This is a good question, and there were at least a couple routes we could have taken for this. The situation described is when you have a two-stage choice, where the choice in the second stage is dependent on the first stage choice. To set the stage, imagine there are two items on the menu, making up dependent variables, DV1 and DV2. Imagine that DV2 is only available to be selected if DV1 was selected.
We do this by estimating a model for DV2 for only the tasks where DV1 was chosen. But, this can mean that no information is available for building a DV2 model for a respondent (under HB) if that respondent never picked DV1.
We decided to make individual-level MBC simulations (resulting from HB) use a set of utilities for each respondent, even if that respondent didn't see any tasks for the model due to a conditional dependent variable relationship (2-stage choice) like the above. Let me explain why it works out.
We multiply the predicted probabilities for the DV1 model by the predicted probabilities for the DV2 model to obtain the likelihood of the respondent selecting DV2. For a respondent who never selects DV1, the predicted likelihood that he would select DV1 is of course extremely close to zero. For DV2 predictions for such a respondent (who never had an opportunity to select DV2, since he never selected DV1), we use the population means for the DV2 model parameters to predict the likelihood that he'll select DV2 GIVEN that he has selected DV1. However, for this respondent, the likelihood of selecting DV1 is extremely close to zero, so it matters very little what predictions we make for this respondent for the DV2 model. Making predictions for DV2 based on the population means therefore seems a reasonable thing to do for such a respondent.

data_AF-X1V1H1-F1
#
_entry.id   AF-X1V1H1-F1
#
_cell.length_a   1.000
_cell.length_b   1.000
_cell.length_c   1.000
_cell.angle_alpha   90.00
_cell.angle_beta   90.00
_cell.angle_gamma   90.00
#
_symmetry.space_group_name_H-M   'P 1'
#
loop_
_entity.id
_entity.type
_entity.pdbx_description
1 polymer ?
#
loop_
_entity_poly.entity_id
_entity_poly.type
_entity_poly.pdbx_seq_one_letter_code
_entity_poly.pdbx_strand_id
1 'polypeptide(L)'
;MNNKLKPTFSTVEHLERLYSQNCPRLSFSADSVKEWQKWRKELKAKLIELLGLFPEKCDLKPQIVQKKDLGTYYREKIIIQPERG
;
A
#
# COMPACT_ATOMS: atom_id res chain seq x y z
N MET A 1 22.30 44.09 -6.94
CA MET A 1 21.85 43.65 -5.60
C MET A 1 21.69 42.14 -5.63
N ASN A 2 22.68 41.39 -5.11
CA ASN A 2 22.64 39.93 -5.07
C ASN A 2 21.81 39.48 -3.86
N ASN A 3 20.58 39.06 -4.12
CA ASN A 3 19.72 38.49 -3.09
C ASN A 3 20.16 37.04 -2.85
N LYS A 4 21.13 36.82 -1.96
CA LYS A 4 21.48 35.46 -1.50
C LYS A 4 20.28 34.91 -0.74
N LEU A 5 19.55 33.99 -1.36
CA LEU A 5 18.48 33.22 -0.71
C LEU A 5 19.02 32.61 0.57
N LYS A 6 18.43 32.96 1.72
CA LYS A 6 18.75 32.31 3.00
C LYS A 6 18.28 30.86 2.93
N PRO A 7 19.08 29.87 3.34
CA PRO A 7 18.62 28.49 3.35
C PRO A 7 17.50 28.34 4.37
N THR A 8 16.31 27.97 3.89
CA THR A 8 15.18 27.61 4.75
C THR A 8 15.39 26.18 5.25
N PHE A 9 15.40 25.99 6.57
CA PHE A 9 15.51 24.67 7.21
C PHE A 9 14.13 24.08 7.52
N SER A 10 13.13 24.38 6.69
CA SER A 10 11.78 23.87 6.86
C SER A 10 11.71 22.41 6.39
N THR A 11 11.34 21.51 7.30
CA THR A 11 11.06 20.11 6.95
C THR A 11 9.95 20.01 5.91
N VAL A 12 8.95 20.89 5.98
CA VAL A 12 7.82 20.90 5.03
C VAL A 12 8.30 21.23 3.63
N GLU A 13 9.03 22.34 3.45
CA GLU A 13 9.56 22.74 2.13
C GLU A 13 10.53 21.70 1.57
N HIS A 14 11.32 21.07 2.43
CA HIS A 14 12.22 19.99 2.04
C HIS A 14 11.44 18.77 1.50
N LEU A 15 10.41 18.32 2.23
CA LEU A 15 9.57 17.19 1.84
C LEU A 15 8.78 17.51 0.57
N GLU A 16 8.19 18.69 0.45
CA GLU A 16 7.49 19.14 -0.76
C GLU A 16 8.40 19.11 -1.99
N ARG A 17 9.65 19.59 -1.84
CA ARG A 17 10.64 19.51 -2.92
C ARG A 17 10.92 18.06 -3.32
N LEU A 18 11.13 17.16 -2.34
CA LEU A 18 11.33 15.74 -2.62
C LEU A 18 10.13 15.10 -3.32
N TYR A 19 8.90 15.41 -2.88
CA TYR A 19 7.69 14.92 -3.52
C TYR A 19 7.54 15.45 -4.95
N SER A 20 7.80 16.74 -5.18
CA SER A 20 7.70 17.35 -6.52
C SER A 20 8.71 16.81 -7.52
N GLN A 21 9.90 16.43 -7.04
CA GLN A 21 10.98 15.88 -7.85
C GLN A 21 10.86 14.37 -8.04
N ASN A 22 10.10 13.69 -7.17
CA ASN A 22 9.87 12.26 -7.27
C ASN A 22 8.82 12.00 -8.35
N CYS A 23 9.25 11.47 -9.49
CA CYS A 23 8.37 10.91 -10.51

This approach kept all respondents having complete information for all dependent variable models, which made the software development task a bit easier. It also reflects the fact that there is a non-zero likelihood that such a respondent would be predicted to pick DV2 given a new opportunity, which makes sense.